Tag Archives: Shipshewana

Learn About the Birds and Bees in Shipshewana

by Laurie Sherck

It seems that people are quite interested in the birds and the bees when they come to Shipshewana. I wanted to find out for myself the curiosity surrounding this interest, so I took a quick drive out into the Shipshewana countryside to talk with the experts themselves.  

Green Meadow Houses and Feeders

Green Meadow Houses and Feeders located in Shipshewana Amish Country.

My first stop took me to Green Meadow Houses and Feeders, located at 0725 N 840 W, Shipshewana. There I spoke with owner, Myron Hochstetler.   Myron’s father, John, never dreamed that his childhood interest in birds would eventually lead to a generational family business of building bird houses and feeders.   What started as a simple request to build a couple of birdhouses has led to a family operated business that makes approximately 60 units of bird houses and feeders a day that are sold locally, and shipped all around the United States.

Locally Designed and Hand-Made

Watch the making of bird houses and feeders at Green Meadow Houses and Feeders

John’s love and interest for birds has been passed down to his son, Myron who now owns the business. Myron has inherited his father’s love for birds. It was interesting to watch the bird feeders and houses being crafted, hear about how the business got started and to glean all sorts of bird facts from Myron and his father, John.    All of Green Meadow’s feeders are made out of long-lasting eco-friendly polywood.

Ask the Experts  

The Oriole Feeder is a popular seller. Feed Orioles with grape jelly and orange slices!

Myron shared with me all sorts of tips & tricks on what I can do attract the type of feathered friends I most enjoy.   Perhaps it’s songbirds like finches, chickadees, nuthatchers, or purple finches that you want to attract. Maybe you want Blue Birds, Gold Finches, Blue Jays, Cardinals or Woodpeckers to visit your back yard.  You name it. The Hochstetlers know exactly what type of feeder you need, the type of food to put in the feeder and the season that you are most likely see certain birds.    Put out your feeder with the right kind of food to attract the bird you want—and Waalaa…just watch what happens!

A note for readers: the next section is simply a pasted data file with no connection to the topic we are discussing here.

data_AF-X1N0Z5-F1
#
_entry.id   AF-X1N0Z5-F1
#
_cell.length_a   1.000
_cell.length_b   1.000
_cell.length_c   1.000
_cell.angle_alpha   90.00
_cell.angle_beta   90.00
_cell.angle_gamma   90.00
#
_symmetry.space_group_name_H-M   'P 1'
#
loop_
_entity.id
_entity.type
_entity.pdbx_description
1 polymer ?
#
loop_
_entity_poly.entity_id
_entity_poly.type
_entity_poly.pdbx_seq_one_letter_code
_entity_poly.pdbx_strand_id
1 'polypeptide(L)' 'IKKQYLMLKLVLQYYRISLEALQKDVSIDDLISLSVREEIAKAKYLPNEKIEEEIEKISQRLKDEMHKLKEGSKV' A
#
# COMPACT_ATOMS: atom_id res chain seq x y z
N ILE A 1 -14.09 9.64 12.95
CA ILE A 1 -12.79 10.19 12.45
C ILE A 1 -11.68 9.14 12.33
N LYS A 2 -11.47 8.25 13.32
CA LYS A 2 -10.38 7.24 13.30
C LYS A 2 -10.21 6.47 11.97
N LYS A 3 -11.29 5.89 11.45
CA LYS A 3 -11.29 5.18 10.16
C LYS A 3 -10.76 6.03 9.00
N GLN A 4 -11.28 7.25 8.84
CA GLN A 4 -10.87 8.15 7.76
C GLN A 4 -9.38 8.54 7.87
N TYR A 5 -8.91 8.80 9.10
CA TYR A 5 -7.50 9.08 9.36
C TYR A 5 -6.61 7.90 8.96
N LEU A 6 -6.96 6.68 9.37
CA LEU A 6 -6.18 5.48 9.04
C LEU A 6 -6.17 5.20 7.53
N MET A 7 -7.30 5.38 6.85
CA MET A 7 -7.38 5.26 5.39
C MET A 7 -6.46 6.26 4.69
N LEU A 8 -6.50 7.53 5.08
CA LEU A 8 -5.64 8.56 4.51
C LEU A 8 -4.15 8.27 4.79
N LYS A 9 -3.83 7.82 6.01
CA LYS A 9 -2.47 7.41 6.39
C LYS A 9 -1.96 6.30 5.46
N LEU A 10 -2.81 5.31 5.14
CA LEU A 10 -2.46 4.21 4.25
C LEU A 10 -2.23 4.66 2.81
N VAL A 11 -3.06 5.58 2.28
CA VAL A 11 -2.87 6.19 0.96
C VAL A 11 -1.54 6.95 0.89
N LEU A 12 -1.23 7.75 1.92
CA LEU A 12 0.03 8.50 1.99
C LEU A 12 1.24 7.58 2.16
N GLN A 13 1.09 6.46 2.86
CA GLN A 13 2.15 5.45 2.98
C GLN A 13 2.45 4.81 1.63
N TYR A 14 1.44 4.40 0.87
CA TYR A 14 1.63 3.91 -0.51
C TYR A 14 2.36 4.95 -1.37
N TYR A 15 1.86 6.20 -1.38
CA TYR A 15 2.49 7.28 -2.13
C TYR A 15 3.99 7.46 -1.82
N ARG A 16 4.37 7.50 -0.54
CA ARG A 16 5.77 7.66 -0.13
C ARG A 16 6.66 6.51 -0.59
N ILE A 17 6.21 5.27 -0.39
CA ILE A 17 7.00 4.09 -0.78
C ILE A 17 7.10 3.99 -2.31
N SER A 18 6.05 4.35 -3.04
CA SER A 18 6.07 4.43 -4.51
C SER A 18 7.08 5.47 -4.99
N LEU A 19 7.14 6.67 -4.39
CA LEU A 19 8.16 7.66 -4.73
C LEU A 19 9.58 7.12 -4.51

Select your Favorite

A large selection of bird houses and feeders to choose from.

The Hochstetlers have expanded their bird house production to include bat houses and butterfly houses.     Here’s something new I learned:  Place a Blue Bird house up in early April and Blue Birds will build nests up to 4 times a year.   I also found out, to control the insect population, put up a bat house. Bats feast on insects. And, did you know butterflies use butterfly houses to take shelter during the rain to protect their wings?

Plan Your Visit to Green Meadow Houses and Feeders

Green Meadow’s Shipshewana Flea Market location is booth 419

The more I talked with Myron, the more I appreciated and loved the idea of a bird feeder in my back yard.   His enthusiasm for bird watching is contagious.    Green Meadow bird feeders and bird houses are sold at various locations around Shipshewana, including booth #419 at the Shipshewana Flea Market.  However, if you have time, it’s a special treat to head to the location where the feeders and houses are actually made and talk with the bird experts themselves.

“B” Honey & Candles

“B” Honey & Candles located in Shipshewana Amish Country

My next stop lead me across US 20 and down another country road to B Honey & Candles, located at 2260N 1000W, Shipshewana.    Perry & Rosetta Bontrager own and operate this family owned business.    Perry chuckled when I asked him what made him decide to raise bees.   He smiled and shared that his interest in bees began with a “show & tell” project in 3rd grade.  He caught some bees, placed them in a jar with flowers, took it to school and shared what he knew about bees.   That was the “seed” that sparked his interest. Therefore, it didn’t take him long to say yes to a business opportunity to purchase his new wife’s family beehives nearly 35 years ago.  As the saying goes, the rest is history!.